Taeniurops meyeni | UAE National Red List of Marine Species: Reef-building corals, cartilaginous fishes and select bony fishes

Taeniurops meyeni | (Müller & Henle, 1841)
Countries in Assessment
United Arab Emirates
Country ISO code(s)
Does the assessment cover a marine EEZ area(s)?
Scope (Assessment)
Taxonomic Group
Taxonomic Group Level 2
Assessed taxon level
Taxon distribution as listed in assessment
The Blotched Fantail Ray occurs throughout UAE waters. Globally, it is widespread in the Indo-West Pacific (Last et al. 2016).
Habitats and Ecology
Ecological system type
Terrestrial system
Freshwater system
Marine system
Habitat details as listed in assessment
The Blotched Fantail Ray is benthic around coral reef habitats, seamounts and on sand substrates mostly at depths of 20-60 m (although records from depths to 400 m in pelagic longlines near seamounts exist) (Compagno et al. 1989, Last and Compagno 1999, Last et al. 2016). It reaches a maximum size of 180 cm disc width (DW) (Last and Stevens 2009). Males mature at 100-110 cm DW and size at birth is 30-35 cm DW (Last et al. 2016). It is a viviparous species, with reported litter size of up to seven young (Compagno et al. 1989). Age data are not available, but generation length can be estimated using data from another large dasyatid, the Brown Stingray (Dasyatis lata), females of which mature at 15 years and reach 28 years (Dale and Holland 2012), giving an estimated generation length of 21.5 years.
Is there a map available in assessment?
Assessed status
Asessment status in full
Near Threatened
Assessment status abreviation
Assessment status criteria
Assessment rationale/justification
The Blotched Fantail Ray occurs throughout UAE inshore waters. This species is incidentally captured in inshore fisheries, and mostly discarded in UAE waters. In India and Pakistan, it is under intense and increasing demersal fishing pressure. This species is not targeted or valued in markets of the UAE, trawling has been banned there since 1980 and recently conducted surveys have detected it in the area. Though data specifically from the UAE are not available, and it is not known how individuals occupying the UAE are connected with the broader population of the Arabian Seas region, there is no information available to suggest that its population status differs in the UAE as compared to other parts of its range in the region. Given the threats faced by this species in other parts of the Arabian Seas region, and ongoing threats from discarding and habitat loss in the UAE, it is inferred that declines reported in the Arabian Seas are representative of the status in the UAE. Based on recorded levels of exploitation and decline in habitat quality, it is suspected to have declined by 20-30% over the past three generation lengths, or about 64 years. It is listed as Near Threatened, nearly meeting the thresholds for Vulnerable A2cd.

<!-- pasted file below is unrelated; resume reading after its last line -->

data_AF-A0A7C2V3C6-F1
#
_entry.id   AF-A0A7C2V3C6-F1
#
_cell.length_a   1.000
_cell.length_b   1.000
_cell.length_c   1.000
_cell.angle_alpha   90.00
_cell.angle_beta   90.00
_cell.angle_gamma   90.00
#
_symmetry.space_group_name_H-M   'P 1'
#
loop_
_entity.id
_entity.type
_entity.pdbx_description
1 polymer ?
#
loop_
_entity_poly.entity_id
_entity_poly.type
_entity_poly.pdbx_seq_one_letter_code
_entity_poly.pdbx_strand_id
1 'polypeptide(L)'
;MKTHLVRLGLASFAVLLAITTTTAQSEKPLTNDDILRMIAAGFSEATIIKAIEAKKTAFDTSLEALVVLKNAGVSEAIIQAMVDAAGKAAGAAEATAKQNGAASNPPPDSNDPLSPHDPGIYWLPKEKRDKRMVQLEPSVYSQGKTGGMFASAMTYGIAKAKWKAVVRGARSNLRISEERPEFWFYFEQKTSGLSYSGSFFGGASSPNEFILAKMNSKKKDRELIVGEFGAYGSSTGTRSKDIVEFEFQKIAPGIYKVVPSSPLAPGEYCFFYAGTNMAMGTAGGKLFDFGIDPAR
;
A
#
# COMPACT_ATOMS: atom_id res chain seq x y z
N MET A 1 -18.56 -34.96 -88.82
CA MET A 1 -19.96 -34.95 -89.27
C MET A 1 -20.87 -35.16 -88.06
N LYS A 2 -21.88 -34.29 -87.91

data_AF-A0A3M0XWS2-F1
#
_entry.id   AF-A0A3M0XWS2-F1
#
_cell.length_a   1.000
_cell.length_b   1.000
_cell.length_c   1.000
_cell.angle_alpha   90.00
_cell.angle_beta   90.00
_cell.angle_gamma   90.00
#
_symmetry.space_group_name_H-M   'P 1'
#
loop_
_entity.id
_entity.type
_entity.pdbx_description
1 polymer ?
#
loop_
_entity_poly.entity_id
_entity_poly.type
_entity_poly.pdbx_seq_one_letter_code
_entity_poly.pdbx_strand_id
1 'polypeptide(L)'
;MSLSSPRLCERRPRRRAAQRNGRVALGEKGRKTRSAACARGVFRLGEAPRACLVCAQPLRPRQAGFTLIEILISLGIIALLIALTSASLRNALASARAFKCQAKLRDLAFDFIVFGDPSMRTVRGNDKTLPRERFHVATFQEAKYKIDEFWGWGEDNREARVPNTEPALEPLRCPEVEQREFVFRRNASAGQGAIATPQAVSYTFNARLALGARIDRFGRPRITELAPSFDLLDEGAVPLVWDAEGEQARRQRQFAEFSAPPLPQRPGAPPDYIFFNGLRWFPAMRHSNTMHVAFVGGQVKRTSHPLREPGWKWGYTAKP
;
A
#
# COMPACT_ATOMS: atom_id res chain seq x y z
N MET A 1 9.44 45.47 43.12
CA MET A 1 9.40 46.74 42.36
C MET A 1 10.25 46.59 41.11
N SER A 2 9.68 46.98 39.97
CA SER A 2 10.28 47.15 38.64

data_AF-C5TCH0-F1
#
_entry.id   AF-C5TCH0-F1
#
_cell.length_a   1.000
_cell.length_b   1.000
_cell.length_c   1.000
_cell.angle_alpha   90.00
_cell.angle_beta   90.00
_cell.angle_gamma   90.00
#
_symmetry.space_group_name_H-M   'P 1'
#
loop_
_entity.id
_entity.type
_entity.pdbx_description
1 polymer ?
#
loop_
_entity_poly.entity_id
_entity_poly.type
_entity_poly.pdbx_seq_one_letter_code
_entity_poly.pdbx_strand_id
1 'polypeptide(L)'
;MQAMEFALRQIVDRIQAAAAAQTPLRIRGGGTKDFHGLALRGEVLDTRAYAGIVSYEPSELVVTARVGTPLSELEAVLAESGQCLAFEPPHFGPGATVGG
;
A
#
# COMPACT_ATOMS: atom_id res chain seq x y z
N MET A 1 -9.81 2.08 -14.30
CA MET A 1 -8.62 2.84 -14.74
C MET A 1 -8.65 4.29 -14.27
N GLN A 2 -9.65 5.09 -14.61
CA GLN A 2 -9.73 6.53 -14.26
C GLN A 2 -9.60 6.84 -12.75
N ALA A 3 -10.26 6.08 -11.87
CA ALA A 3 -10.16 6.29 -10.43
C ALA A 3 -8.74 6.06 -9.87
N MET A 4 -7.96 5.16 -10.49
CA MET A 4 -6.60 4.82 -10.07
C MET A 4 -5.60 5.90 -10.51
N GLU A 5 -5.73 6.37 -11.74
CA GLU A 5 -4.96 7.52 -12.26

About the assessment
Assessment year
Assessors/contributors/reviewers listed
UAE National Red List Workshop
Affliation of assessor(s)/contributors/reviewers listed on assessment
Assessor affiliation specific
Criteria system
Criteria system specifics
IUCN v3.1
Criteria system used
Criteria Citation
IUCN. 2012. IUCN Red List Categories and Criteria: Version 3.1, Second edition. IUCN, Gland, Switzerland and Cambridge, UK. iv + 32pp pp. And IUCN. 2012. Guidelines for Application of IUCN Red List Criteria at Regional and National Levels: Version 4.0. Gland, Switzerland and Cambridge, UK: IUCN. iii + 41pp.
Endemic to region
Endemism Notes
Is an endemic?: Not_assigned
Threats listed in assessment
Information pertaining to threats specific to the UAE are unavailable. This species is impacted by bycatch fisheries that are active elsewhere in its range. Marine habitats in the Gulf are experiencing high levels of disturbance and quickly deteriorating due to major impacts from development activities (including dredging and reclamation), desalination plants, industrial activities, habitat destruction through the removal of shallow productive areas and major shipping lanes (Sheppard et al. 2010). Corals in the UAE and Arabian Gulf have severely declined due to the increasing frequency of mass bleaching events caused by rising water temperatures, which is a consequence of climate change, as well as pervasive coastal development (Riegl et al. 2018, Burt et al. 2019).
Conservation Measures

Conservation measures:
Conservation measures notes:
Required conservation measures:

Scientific Name Kingdom Phylum Class Order Family Genus
Taeniurops meyeni Animalia Chordata Chondrichthyes Myliobatiformes Dasyatidae Taeniurops